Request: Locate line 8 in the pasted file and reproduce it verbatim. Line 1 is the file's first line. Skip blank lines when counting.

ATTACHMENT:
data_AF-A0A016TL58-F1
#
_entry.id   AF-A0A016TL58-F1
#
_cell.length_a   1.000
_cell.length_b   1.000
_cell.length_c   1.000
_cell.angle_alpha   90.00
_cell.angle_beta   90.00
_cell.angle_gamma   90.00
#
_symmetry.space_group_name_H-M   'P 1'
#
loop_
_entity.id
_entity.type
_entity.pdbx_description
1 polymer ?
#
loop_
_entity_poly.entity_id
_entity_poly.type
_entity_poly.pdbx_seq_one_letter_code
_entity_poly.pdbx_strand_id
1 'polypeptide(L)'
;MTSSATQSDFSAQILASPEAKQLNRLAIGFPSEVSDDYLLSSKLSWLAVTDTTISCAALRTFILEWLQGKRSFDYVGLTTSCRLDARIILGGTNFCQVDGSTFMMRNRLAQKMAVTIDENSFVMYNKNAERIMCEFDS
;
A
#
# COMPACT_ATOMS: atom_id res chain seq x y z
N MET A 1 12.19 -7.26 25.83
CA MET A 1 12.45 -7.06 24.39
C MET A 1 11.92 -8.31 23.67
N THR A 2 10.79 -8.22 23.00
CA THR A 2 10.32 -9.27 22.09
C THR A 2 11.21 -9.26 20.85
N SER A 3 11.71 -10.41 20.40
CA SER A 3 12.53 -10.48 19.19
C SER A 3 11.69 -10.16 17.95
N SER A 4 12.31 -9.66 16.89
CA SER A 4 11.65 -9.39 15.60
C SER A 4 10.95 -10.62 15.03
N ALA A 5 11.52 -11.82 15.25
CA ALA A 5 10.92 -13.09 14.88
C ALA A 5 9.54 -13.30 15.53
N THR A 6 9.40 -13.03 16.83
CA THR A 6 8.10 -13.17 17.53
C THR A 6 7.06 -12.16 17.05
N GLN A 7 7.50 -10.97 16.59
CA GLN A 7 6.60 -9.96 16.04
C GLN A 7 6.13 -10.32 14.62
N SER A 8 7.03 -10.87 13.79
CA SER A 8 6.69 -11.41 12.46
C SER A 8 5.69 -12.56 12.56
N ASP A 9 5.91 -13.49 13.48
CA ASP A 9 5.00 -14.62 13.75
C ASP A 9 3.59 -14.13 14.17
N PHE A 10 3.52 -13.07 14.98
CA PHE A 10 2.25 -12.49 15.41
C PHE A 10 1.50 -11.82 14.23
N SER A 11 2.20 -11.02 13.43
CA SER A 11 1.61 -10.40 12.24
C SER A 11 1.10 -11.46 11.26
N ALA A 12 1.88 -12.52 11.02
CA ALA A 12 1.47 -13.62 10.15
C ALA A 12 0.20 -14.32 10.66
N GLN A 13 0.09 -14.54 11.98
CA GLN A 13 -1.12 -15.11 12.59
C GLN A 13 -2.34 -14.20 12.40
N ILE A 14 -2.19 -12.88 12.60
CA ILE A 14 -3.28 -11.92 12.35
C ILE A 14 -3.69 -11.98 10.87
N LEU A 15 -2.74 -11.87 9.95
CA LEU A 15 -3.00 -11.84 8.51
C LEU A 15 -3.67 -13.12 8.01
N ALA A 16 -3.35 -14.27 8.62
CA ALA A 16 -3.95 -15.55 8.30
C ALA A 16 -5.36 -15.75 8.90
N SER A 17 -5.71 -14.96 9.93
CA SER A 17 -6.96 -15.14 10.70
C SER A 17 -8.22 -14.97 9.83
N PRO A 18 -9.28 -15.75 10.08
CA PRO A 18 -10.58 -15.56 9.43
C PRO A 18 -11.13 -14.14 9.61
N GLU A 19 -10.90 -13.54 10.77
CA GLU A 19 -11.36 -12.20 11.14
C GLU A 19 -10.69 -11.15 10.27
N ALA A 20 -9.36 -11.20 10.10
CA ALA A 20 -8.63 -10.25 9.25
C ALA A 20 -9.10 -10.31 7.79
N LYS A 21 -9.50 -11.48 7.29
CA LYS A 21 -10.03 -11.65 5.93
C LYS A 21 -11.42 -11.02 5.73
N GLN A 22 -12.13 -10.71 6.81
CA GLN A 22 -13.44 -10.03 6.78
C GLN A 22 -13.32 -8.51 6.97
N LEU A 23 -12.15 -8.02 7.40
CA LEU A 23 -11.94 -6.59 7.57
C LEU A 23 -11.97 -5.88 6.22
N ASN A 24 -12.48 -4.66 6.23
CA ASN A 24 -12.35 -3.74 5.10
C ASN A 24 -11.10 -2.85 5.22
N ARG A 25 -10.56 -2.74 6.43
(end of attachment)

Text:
_cell.angle_alpha   90.00